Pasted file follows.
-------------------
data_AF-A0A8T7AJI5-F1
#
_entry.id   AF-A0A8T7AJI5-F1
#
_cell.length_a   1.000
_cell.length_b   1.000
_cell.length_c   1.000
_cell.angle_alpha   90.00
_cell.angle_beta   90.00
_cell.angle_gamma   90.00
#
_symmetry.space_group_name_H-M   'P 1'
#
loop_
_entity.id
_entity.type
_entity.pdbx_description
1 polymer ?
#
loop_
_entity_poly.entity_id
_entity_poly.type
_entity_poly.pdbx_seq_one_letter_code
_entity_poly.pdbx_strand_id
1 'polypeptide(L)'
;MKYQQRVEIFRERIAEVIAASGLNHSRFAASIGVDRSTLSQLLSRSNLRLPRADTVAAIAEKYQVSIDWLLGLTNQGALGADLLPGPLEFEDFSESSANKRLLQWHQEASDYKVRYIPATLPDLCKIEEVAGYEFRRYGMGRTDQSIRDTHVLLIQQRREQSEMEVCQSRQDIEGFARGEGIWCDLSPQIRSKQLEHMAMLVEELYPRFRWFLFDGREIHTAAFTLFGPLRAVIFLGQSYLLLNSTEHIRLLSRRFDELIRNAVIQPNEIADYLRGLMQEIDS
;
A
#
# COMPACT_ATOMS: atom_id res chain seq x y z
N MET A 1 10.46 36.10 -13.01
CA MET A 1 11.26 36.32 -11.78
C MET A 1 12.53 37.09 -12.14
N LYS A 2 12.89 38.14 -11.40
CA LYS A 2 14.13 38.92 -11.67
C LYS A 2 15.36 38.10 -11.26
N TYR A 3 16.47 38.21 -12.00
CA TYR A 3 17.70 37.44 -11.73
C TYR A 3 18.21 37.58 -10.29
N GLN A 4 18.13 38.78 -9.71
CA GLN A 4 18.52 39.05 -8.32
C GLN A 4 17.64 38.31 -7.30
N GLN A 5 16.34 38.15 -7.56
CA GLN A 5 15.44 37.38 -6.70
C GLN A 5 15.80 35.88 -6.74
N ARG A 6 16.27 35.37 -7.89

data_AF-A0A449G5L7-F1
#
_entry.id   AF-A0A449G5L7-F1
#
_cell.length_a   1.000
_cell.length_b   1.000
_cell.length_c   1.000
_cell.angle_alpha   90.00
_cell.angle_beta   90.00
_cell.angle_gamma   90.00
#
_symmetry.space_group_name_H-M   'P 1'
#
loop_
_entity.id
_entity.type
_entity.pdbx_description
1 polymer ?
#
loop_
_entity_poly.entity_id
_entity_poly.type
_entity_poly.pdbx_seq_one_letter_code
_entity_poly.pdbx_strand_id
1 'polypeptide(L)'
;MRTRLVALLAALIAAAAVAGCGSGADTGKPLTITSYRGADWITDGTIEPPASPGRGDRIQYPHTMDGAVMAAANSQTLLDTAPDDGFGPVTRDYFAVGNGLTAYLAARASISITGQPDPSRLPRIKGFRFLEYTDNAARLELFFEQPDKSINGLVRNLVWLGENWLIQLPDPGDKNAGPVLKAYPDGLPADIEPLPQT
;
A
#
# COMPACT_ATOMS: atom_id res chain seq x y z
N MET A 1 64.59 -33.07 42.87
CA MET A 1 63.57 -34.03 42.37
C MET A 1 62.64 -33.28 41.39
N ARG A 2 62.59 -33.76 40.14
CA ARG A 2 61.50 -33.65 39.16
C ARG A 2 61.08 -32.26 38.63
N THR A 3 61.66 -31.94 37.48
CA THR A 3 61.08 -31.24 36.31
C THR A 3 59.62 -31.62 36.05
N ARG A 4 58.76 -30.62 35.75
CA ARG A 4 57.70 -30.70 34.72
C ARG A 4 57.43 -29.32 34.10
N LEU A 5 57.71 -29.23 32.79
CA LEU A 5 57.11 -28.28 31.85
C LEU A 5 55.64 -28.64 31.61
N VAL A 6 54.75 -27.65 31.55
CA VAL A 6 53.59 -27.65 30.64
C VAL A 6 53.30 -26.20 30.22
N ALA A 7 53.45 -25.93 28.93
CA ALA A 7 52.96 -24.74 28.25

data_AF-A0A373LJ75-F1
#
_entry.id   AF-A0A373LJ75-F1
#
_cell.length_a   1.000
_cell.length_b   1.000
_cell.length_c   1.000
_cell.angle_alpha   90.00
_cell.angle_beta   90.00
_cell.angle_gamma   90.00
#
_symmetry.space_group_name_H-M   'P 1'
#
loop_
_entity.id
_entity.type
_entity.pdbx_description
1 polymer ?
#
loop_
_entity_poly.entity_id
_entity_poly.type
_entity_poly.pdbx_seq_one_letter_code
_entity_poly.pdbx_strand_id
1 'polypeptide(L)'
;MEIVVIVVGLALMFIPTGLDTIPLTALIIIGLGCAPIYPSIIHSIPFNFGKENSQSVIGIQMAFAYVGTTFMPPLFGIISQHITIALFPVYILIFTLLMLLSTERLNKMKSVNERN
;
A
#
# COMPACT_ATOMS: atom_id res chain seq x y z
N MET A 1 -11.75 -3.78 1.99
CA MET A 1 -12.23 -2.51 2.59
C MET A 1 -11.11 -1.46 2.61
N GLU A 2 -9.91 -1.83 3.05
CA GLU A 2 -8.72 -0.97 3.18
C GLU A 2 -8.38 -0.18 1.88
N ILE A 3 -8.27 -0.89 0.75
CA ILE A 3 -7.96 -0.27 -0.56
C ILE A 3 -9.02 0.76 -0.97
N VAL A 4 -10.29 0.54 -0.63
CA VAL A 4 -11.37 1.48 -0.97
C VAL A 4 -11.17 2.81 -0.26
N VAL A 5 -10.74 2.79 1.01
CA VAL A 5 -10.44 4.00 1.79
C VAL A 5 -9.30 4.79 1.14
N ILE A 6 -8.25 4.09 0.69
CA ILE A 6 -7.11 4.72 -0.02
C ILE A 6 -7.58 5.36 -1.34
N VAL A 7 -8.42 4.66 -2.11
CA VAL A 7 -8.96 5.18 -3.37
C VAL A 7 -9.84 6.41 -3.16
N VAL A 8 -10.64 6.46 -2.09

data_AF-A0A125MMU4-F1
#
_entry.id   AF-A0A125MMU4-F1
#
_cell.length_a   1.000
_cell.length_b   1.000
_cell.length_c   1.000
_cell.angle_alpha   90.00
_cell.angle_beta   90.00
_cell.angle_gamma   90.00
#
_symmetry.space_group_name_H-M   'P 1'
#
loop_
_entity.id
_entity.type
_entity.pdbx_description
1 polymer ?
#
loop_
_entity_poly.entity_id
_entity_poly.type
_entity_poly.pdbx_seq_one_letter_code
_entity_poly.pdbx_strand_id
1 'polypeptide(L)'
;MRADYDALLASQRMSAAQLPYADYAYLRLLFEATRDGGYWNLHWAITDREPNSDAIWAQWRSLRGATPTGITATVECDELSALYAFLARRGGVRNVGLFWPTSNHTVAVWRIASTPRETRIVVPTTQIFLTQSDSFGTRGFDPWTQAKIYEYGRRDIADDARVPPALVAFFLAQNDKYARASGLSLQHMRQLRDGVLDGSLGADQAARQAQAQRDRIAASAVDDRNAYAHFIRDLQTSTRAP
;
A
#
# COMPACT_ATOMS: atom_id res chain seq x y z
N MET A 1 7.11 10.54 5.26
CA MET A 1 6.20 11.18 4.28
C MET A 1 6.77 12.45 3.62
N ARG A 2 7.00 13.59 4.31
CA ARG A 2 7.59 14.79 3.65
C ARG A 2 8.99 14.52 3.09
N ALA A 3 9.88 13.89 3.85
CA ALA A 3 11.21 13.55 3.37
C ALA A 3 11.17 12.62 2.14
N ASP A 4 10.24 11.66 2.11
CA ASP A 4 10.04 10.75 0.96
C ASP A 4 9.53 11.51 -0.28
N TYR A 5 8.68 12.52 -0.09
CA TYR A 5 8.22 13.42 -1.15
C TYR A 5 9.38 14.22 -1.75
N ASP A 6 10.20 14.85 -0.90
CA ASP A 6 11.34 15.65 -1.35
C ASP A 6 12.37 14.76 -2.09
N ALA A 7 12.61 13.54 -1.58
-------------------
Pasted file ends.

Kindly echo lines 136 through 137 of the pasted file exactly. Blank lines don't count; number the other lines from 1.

N VAL A 4 -10.29 0.54 -0.63
CA VAL A 4 -11.37 1.48 -0.97